Photography celebrating Roman Road displayed in high street windows

Outside Four Corners Gallery

Four Corners staff member poses with The Roman Road Photo Zine, produced by photographer Wedgely Snipes. It is on sale at Four Corners gallery and all proceeds will be donated to Bow Food Bank - Credit: Four Corners

Photographs celebrating Bethnal Green’s Roman Road throughout the ages were displayed in local shop windows as part of a public exhibition.

The Roman Road Stories exhibition was a collection of pictures taken by local photographers to celebrate the historical East London high street and its local businesses. 

Photographs were displayed in a dozen shop windows, including the Hair By Rosemary salon, The Angel and Crown pub and Robert’s Butchers, and at the Four Corners art gallery, until June 19. 

Organiser Ruby Rees-Sheridan, curatorial and archive coordinator at Four Corners gallery, said:  “It was really about both creating an exhibition that was accessible and out on the street, and at the same time celebrating the local area.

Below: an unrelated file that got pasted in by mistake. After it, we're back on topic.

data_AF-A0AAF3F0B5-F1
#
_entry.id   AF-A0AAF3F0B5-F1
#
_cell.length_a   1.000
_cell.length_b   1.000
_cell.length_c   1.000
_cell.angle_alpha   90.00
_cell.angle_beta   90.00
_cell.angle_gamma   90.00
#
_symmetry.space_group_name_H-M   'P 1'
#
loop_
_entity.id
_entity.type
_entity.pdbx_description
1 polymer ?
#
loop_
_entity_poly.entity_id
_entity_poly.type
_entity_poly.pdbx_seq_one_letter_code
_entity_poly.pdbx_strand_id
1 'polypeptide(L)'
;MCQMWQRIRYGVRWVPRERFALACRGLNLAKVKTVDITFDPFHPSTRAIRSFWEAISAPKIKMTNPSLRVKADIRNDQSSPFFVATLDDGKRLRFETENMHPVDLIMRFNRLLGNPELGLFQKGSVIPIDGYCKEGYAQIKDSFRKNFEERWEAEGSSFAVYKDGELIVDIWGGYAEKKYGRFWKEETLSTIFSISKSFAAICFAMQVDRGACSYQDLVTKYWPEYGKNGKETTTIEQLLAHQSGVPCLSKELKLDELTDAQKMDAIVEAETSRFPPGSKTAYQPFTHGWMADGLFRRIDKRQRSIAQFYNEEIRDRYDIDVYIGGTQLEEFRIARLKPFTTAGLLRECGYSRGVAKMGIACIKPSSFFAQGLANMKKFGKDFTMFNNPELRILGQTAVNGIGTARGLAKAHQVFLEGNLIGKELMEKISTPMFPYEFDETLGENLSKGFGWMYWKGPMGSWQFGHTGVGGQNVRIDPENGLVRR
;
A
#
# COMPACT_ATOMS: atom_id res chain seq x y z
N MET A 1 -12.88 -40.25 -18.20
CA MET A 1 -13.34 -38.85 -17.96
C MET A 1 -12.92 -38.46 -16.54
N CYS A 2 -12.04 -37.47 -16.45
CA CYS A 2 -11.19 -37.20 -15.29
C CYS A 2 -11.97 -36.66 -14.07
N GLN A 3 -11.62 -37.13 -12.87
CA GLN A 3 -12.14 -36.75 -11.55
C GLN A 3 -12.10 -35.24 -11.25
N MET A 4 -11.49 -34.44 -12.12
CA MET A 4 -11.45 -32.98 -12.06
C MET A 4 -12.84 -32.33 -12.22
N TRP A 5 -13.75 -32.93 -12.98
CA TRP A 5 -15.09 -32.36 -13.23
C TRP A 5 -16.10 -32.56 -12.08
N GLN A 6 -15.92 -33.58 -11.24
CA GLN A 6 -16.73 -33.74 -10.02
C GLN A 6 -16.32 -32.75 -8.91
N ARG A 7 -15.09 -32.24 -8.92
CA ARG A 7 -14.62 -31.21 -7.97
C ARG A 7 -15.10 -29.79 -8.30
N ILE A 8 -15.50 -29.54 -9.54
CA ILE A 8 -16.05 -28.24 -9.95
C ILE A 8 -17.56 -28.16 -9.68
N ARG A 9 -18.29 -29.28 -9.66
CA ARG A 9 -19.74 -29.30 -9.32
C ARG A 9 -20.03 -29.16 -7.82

"In particular the local high street, which obviously last year - because of lockdown and everything moving online - has struggled quite a bit.

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“It’s to get people back on the high street, explore the high street in a new way.

"Particularly, if you’re a local in the local area, things become quite familiar. All of a sudden, having all these photos up in local shops offers a slightly different perspective for people to potentially notice or discover new businesses they’ve not visited before.”

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Businesses hand-picked their favourite pictures to display, from a selection of pictures taken by local photographers and the gallery’s historic archive. 

Family-run Hair By Rosemary salon owner Rolando Pelosi said his photo of choice, which was taken in the 1970s, happened to be of very sentimental value. 

“I was happy to see the pictures and straight away recognised my dad’s old car, parked opposite in the street," he said.

“My neighbours that I’m still in contact with, who used to live there at that time, I’ve shown them the pictures and they bring back memories. 

“It was completely out of the blue, and quite a good idea to have an exhibition on shop windows so people can walk along the street, they don’t have to go into an enclosed space.”

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